ABUJA (Reuters) - Two Nigerians have been charged with collecting money from al Qaeda in the Arabian Peninsula (AQAP) in Yemen to pay for training for Nigerian militants, a court document shows.
The document filed late on Thursday at the Federal High Court said two men from Nigeria's commercial capital Lagos were accused of being members of the group and of collecting around $6,200 in U.S. dollars and Saudi riyals.
Neither of the accused was available for comment. If the men were convicted, it would be the first case to directly link Nigerian militant groups to AQAP.
Security sources say the militant Islamist sect Boko Haram, which launched an uprising in the country's largely Muslim north in 2009, has linked up with al Qaeda in the Islamic Maghreb (AQIM), sending a few dozen fighters to Mali for training.
Nigerian Umar Farouk Abdulmutallab, jailed in the United States for a failed attempt to blow up a Detroit-bound airliner on Christmas Day in 2009, was seen as a loner with no known links to Boko Haram or any other Nigerian Islamist group.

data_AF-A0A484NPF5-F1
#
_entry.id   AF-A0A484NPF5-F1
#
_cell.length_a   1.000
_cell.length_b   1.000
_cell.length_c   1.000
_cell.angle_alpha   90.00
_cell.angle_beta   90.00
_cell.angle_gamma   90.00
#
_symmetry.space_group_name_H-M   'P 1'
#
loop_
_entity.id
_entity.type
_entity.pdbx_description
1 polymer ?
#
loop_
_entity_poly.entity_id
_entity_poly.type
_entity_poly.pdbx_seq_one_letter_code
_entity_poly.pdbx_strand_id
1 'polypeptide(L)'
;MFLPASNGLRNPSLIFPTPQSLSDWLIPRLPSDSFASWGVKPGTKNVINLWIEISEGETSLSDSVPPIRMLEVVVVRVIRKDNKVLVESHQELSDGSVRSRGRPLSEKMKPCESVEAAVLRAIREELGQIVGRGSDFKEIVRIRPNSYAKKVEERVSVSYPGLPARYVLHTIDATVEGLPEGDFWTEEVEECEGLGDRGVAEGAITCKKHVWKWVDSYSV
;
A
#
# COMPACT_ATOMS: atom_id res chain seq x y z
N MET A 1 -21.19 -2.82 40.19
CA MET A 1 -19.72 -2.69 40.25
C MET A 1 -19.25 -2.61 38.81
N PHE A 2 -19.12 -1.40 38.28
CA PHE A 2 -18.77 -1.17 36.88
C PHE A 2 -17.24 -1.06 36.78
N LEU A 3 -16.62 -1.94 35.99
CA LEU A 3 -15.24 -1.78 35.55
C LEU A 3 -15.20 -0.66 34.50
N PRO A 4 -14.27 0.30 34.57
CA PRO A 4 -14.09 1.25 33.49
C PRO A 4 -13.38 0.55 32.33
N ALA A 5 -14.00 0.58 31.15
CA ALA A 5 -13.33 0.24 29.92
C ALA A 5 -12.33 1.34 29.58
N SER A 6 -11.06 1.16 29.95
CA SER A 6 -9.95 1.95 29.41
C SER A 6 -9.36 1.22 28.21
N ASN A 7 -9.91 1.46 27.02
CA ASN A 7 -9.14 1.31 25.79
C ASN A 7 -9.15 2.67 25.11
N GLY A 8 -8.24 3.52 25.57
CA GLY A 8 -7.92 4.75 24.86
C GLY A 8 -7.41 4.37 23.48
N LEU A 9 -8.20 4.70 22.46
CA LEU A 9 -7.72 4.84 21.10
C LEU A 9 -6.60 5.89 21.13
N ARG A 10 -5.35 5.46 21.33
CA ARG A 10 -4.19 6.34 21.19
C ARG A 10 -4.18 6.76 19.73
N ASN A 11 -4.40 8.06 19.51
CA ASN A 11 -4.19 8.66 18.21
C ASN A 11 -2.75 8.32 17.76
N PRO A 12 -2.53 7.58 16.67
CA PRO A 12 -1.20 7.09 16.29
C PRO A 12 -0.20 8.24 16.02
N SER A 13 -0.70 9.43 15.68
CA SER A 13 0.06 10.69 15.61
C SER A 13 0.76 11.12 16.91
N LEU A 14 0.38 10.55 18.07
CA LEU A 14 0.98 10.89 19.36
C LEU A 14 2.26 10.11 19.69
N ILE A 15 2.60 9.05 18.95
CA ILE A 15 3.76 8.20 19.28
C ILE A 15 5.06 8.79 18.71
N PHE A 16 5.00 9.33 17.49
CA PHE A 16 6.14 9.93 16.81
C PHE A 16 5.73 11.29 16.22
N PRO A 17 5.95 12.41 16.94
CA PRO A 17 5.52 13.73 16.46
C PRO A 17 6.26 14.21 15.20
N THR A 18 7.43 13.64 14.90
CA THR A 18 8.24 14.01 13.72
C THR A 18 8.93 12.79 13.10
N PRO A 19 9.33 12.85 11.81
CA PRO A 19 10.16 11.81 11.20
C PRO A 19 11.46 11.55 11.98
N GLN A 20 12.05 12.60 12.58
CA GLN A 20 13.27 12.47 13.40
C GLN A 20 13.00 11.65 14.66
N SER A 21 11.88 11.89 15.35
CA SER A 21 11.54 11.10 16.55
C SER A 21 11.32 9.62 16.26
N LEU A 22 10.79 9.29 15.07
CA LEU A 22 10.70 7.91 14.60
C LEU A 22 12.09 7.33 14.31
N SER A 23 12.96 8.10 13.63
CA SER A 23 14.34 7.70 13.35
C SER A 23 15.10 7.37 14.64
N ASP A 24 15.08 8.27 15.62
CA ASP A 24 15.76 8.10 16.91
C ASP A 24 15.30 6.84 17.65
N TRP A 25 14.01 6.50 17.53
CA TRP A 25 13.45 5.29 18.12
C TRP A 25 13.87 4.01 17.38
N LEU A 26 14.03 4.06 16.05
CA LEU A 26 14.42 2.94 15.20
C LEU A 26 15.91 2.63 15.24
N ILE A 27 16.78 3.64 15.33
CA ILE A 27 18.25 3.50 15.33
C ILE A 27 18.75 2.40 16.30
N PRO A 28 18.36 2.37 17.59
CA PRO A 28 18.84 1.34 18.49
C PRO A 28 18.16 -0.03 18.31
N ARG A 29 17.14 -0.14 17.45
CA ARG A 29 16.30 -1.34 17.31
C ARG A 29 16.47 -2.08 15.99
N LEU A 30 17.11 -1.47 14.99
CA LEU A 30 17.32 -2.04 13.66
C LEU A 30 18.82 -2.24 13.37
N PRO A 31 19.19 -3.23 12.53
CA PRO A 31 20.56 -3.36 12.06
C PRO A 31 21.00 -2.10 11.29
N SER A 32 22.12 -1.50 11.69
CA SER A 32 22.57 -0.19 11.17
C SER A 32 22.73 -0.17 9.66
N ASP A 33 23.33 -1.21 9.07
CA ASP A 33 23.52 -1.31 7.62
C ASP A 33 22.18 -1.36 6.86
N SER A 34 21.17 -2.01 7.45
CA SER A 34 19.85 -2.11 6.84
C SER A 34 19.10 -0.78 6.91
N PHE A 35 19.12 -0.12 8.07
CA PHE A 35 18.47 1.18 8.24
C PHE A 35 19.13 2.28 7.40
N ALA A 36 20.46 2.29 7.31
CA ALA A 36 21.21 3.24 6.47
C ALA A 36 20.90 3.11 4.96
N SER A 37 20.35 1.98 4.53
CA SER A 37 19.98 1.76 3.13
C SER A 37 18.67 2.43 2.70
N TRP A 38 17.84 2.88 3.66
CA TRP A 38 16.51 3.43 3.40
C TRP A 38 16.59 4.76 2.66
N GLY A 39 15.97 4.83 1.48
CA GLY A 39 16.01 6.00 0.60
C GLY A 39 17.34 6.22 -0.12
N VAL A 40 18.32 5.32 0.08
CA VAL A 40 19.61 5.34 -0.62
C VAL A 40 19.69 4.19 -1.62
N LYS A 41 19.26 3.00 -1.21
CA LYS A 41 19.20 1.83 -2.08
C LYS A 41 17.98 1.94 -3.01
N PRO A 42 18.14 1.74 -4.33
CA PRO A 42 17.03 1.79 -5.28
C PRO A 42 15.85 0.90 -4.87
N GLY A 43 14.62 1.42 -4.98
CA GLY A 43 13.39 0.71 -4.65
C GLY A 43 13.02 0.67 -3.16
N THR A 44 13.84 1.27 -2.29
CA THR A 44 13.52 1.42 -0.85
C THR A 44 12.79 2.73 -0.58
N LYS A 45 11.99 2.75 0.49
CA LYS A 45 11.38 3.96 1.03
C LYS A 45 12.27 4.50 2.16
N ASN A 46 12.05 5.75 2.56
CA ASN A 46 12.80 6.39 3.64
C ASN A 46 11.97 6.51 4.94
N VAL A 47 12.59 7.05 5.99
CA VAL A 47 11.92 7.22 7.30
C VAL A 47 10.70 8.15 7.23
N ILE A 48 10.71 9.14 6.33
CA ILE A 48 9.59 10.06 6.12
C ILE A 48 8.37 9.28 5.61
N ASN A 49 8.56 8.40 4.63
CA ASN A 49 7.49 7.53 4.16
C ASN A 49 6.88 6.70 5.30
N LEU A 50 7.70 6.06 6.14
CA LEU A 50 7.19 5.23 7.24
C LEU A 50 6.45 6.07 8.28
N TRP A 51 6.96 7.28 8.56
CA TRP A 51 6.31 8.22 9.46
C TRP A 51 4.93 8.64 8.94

Prosecutors said that plot was directed by U.S.-born Muslim cleric Anwar al-Awlaki, who had become an al Qaeda leader in Yemen, where Abdulmutallab had been studying.
The document, filed in the court in the capital Abuja, said that, "Lukaman Babatunde, 30, at Lagos between June and July 2011...provided facilities for a meeting which you know is connected to an act of terrorism."
His accomplice Olaniyi Lawal collected the cash "with intent that the said money shall be used to recruit and transport members of a terrorist organization from Nigeria to Yemen for combat training in terrorism," it said.
(Reporting by Camillus Eboh; Writing by Tim Cocks; Editing by Myra MacDonald)